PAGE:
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Federal vs. Private Education Loans

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Both federal and private loans are viable options for financing an education, but it is important for the funding source to be one that best complements the student’s expected career path and financial goals. Medical students face a unique situation with long enrollment periods followed by additional years of post-graduation training. Therefore, careful consideration should be given when choosing financing options.

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Research and Then Decide

Each loan type has its own advantages and disadvantages.  To fully understand the value of each loan program, you should compare the specific features, including loan terms, interest rates, origination fees, and conditions.  Do your homework – read the fine print and equip yourself with the knowledge to make an educated decision about the loan that is right for you.

Benefits of Federal Loans (Direct Unsubsidized Loans and Direct PLUS Loans)

  • Affordable monthly payments are available; several repayment plans offer payments based on income.
  • Flexible repayment terms allow borrowers to change their repayment plan as their financial goals or situation changes.
  • Loan forgiveness may be available through programs like Public Service Loan Forgiveness (PSLF), and Income-Driven Repayment plans. 
  • Postponing payments during residency and fellowship are possible through grace, deferment, or forbearance options.
  • Most federal loans are eligible for consolidation through the Direct Consolidation Loan program.
  • A student who is not in default and has not exceeded cumulative loan limits may borrow (if eligible) a Direct Unsubsidized Loan, regardless of credit history.
  • Direct PLUS Loans are available to cover any remaining costs (up to the school’s Cost of Attendance). A Direct PLUS Loan DOES require a credit check. If the borrower has adverse credit, an endorser/co-borrower will be needed for approval.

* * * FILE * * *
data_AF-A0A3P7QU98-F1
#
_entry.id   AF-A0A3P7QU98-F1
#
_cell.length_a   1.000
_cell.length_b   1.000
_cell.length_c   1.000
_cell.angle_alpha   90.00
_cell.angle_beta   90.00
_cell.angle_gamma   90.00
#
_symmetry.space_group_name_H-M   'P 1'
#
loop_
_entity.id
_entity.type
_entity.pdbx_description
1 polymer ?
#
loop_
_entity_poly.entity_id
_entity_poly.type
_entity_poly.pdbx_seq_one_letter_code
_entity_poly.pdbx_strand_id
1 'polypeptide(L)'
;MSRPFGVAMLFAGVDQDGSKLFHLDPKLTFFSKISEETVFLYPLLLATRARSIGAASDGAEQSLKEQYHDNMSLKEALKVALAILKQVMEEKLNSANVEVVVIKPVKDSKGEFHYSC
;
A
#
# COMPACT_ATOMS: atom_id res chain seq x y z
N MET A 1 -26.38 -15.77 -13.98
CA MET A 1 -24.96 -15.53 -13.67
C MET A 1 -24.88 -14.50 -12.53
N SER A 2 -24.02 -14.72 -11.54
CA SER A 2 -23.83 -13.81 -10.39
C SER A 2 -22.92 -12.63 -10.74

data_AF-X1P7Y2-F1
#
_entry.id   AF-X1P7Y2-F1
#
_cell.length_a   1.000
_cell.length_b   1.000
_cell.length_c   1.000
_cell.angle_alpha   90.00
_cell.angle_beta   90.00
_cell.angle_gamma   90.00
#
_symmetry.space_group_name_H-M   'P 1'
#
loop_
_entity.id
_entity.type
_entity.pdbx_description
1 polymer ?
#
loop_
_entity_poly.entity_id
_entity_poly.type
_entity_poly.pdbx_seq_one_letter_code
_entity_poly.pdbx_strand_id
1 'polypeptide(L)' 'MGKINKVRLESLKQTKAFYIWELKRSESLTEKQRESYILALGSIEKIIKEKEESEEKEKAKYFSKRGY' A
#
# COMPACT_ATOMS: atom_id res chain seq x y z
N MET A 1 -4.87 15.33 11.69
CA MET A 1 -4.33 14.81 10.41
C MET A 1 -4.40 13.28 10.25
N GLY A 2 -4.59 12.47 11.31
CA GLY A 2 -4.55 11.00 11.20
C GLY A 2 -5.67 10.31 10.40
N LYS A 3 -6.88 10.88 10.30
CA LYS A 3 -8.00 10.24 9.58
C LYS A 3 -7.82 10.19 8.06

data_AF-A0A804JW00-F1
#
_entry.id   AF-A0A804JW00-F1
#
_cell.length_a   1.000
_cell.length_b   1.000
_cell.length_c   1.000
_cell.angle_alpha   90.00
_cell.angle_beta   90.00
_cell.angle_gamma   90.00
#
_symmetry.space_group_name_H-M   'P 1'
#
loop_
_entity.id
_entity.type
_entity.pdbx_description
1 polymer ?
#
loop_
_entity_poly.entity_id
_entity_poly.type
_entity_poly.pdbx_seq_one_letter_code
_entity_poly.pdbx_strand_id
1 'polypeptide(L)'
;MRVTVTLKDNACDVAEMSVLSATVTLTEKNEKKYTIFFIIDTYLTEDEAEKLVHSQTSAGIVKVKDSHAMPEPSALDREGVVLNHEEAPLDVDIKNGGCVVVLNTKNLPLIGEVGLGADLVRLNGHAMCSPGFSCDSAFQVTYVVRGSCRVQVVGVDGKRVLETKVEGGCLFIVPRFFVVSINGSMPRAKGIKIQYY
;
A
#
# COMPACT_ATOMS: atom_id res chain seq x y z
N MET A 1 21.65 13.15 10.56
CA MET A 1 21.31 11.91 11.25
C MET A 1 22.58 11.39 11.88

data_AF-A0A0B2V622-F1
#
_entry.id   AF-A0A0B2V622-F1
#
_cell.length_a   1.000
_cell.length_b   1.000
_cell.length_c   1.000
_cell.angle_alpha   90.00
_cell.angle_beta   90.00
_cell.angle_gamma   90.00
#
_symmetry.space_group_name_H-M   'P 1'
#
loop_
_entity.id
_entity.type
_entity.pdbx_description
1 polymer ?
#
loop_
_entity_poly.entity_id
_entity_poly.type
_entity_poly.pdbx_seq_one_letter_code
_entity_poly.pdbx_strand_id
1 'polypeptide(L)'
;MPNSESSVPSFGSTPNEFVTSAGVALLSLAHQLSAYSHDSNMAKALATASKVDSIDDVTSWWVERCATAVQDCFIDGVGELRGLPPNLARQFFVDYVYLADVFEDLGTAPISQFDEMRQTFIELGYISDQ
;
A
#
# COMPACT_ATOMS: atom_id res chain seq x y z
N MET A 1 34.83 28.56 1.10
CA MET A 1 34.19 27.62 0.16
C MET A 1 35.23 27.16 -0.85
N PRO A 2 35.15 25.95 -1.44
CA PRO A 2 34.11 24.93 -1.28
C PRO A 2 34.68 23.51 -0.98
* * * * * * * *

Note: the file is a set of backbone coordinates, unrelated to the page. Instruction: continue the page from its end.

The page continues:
• Interest rates vary by loan type; however, once a loan is disbursed, it has a fixed rate. Rates are recalculated for each academic year, which begins on July 1.

Before Borrowing a Private Student Loan, Consider the Following

  • Private loan programs may offer variable or fixed interest rates. The rate will have an impact on the total cost of the loan.
  • Variable rates for private loans may start low, but the rate can rise or fall as the rate indexes change. Check to see if there is a cap on the interest rate.
  • Loan rates are based on the borrower’s credit worthiness. A co-borrower may be needed to help secure a better interest rate. (Co-borrower’s credit needs and the length of the co-borrower’s obligation should be considered carefully before committing to the loan). Interest rate indexes can be compared at www.bankrate.com.
  • Repayment may or may not be required while in school, residency, or fellowship. Review the terms of the promissory note.
  • In comparison to federal loan options, repayment, deferment, forbearance, grace, and loan forgiveness options may be limited.
  • Death and/or disability loan discharge may or may not be available. Check with the lender of the loan.

A private loan may make sense if...

  • The borrower is ineligible for federal student aid.
  • The rate of the private debt is lower than the federal debt, and the rate is expected to remain lower for the length of repayment.
  • A borrower is certain of significant income in a short period of time and will aggressively repay the loan, thereby paying less overall.
  • The borrower has access to additional funds to repay the loan even when residency income is limited.

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